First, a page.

If union-backed candidates Thearse Pecot, Richard Fuentes, and Mike Hutchinson are victorious on Nov. 6, the Oakland Education Association will have certain expectations of them, said Trish Gorham, the union president.

"We expect a settled contract," Gorham said. " ... We expect accountability. We expect real oversight."

Gorham said she had no problem with a group advancing its interests -- the California Teachers Association, after all, is contributing to the union's PAC. Still, she said, she was troubled to see such a large donation from Rock, a philanthropist with no obvious connection to the city.

"The question has to be asked: What is your interest in Oakland's little school board?" she said.

Jessica Stewart, GO's managing director, said Rock was inspired by the energy and excitement surrounding these Oakland races. "Like us, he thinks school board leadership really matters," she said.

GO's other big donor, Gary Rogers, gave $49,900. That link is more straightforward, as his Oakland-based family foundation provided the seed money to start the coalition in the first place. Rogers's son, Brian, ran for school board in 2008 and lost to Jody London. GO has not endorsed London or her opponent.

Stewart said much of the PAC's funding has gone to buy materials and to support volunteers -- more than 60 per week on average -- who have manned phone banks and gone door-knocking on Saturdays to reach voters. Some of it will be spent on direct mail, another rarity in school board elections.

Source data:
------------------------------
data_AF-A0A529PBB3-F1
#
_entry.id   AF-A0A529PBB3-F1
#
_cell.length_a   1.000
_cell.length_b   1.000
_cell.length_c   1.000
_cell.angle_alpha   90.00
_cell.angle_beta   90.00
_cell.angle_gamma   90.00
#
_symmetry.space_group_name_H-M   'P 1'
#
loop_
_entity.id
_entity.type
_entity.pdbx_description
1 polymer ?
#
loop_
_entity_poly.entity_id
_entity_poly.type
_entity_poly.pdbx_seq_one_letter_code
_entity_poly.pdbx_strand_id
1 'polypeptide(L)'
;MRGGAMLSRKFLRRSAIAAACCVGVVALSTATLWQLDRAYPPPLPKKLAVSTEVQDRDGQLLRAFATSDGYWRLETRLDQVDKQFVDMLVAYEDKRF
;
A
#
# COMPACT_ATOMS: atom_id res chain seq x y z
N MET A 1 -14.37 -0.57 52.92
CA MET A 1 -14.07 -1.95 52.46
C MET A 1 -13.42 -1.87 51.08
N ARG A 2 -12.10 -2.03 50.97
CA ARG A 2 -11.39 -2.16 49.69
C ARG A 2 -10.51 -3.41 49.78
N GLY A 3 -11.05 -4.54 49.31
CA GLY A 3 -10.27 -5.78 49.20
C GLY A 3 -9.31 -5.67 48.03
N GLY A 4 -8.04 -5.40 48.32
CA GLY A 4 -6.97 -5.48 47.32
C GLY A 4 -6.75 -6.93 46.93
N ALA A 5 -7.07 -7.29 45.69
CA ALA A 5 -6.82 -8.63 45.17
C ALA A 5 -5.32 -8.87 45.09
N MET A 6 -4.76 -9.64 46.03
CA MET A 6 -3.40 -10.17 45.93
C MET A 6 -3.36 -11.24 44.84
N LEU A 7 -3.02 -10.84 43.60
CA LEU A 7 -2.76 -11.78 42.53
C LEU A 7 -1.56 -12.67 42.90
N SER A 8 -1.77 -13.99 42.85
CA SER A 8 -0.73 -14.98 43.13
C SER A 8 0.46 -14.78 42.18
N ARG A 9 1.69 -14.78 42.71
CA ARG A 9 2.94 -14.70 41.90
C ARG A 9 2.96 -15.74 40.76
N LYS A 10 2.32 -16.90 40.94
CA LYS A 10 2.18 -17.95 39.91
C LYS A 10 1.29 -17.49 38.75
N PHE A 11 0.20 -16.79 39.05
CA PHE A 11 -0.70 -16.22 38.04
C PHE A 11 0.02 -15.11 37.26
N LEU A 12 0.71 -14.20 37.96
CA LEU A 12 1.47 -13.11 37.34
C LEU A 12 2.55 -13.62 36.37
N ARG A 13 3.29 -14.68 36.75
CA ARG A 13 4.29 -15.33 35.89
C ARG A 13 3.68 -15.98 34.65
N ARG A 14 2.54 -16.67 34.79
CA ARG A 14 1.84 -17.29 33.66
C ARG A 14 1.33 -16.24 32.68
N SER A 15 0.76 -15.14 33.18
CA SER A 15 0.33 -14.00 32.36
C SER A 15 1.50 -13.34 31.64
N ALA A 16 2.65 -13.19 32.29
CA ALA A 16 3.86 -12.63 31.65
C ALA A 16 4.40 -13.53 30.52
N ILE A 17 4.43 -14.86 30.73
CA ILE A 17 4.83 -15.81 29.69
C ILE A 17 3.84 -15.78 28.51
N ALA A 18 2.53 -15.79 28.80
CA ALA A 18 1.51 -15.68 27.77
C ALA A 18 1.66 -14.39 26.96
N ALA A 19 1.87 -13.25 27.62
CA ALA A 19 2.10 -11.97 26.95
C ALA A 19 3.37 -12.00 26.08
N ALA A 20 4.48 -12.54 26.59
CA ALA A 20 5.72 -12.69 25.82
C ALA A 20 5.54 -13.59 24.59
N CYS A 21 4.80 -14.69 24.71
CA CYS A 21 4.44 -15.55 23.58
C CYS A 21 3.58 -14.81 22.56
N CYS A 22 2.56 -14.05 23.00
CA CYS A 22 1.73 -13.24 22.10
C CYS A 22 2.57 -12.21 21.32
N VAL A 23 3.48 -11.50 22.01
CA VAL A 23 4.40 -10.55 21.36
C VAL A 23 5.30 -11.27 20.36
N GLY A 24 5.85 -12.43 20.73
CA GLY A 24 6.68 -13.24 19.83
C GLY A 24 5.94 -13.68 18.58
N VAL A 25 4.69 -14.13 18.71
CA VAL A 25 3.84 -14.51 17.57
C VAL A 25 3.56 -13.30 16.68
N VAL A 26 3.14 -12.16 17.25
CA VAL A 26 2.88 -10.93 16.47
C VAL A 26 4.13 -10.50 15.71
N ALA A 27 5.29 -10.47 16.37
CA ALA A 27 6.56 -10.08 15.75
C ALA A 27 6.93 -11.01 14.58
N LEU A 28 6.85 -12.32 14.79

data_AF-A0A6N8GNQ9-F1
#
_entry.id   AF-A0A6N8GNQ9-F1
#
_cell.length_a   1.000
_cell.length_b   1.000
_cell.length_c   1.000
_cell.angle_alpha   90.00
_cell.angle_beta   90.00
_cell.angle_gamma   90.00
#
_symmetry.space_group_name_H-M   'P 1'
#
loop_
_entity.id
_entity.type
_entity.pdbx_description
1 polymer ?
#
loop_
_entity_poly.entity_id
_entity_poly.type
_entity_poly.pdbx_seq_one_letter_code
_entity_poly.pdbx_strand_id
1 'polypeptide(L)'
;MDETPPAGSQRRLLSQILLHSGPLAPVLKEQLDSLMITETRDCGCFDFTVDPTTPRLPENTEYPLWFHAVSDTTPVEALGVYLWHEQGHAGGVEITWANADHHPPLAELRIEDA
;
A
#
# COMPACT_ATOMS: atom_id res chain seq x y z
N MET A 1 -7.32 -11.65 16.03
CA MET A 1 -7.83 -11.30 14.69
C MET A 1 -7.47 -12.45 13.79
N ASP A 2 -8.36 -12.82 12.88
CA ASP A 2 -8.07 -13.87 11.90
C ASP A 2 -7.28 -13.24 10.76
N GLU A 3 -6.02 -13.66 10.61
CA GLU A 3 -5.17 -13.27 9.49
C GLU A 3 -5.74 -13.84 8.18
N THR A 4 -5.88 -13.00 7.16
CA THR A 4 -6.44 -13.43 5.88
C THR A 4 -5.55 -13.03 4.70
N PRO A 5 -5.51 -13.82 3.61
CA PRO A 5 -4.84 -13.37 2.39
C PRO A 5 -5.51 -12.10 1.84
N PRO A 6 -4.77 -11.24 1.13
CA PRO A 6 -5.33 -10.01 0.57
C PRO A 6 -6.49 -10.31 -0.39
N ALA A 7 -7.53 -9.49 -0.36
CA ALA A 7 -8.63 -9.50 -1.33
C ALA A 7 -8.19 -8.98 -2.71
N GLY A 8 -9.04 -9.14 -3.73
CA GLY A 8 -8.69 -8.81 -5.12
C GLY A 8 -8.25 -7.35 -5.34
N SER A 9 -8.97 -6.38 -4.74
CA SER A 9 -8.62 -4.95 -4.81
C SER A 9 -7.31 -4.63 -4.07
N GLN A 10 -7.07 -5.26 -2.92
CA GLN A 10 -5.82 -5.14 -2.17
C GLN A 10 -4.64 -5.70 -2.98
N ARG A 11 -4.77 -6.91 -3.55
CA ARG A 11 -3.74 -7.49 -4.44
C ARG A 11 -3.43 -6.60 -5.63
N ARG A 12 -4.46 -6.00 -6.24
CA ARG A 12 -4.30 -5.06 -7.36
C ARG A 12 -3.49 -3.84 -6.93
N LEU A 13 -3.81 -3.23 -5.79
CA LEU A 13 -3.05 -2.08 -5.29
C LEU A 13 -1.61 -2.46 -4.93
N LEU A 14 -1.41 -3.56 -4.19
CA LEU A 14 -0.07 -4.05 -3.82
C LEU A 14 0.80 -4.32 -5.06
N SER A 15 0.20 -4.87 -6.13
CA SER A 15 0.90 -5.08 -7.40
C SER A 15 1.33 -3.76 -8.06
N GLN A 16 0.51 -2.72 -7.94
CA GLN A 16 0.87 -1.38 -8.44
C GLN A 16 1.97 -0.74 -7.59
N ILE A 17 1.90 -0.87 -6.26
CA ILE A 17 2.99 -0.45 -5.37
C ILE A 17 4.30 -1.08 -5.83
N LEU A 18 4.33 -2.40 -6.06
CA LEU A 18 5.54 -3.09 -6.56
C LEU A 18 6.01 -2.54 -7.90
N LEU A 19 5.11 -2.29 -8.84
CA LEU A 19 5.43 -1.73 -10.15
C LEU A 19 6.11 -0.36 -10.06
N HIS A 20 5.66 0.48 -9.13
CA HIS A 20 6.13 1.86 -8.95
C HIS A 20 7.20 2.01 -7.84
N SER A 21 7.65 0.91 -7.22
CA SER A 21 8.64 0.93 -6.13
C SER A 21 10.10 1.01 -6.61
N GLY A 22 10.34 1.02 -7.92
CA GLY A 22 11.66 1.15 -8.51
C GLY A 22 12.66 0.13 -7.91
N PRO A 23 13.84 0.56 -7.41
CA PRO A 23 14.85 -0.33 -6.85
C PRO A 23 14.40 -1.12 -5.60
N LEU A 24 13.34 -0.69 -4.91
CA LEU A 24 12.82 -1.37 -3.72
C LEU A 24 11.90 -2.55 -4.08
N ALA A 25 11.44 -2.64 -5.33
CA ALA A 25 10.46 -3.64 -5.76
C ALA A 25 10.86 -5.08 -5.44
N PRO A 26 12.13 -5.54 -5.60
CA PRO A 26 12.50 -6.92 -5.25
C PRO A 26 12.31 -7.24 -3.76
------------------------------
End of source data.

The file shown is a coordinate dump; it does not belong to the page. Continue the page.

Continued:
When it comes to school board elections, Stewart said, "Our city has got to pay attention."

David Kakishiba, an Oakland school board member who's not up for re-election, said he isn't worried about the extra money in play. He said the level of civic engagement has been far too low in these races, and that it makes sense for groups such as the Oakland Education Association and GO Public Schools to support candidates who share their values.

"Why OEA has never been a player boggles my mind," he said.

Brady, who co-authored a book this year about campaign contributions, "The Unheavenly Chorus: Unequal Political Voice and the Broken Promise of American Democracy," said that's one argument. Some say there's not enough money in politics -- that if there were more, citizens would be better informed.

What's worrisome, Brady said, is that the money fueling campaigns and influencing policy is coming, increasingly, from the very wealthy. It's not always clear that those donors have the best interest of everyone else at heart, he said.

The public might never know what motivated Rock to jump into Oakland school board politics. He declined to be interviewed about his contribution, saying his backing of the candidates "speaks for itself."

Read Katy Murphy's Oakland schools blog at www.IBAbuzz.com/education. Follow her at Twitter.com/katymurphy.

Go Public schools AND the Oakland teachers union: Who's backing whom?

District 1 -- North Oakland: Incumbent Jody London (neither) vs. Thearse Pecot (Oakland Education Association).
District 3 -- West Oakland/Adams Point: Incumbent Jumoke Hinton Hodge (GO Public Schools), vs. Richard Fuentes (Oakland Education Association) and Ben Lang (neither)
District 5 -- Fruitvale: Open race between Mike Hutchinson (Oakland Education Association) and Rosie Torres (GO Public Schools)
District 7 -- East Oakland/Elmhurst: Incumbent Alice Spearman (neither) vs. James Harris (GO Public Schools)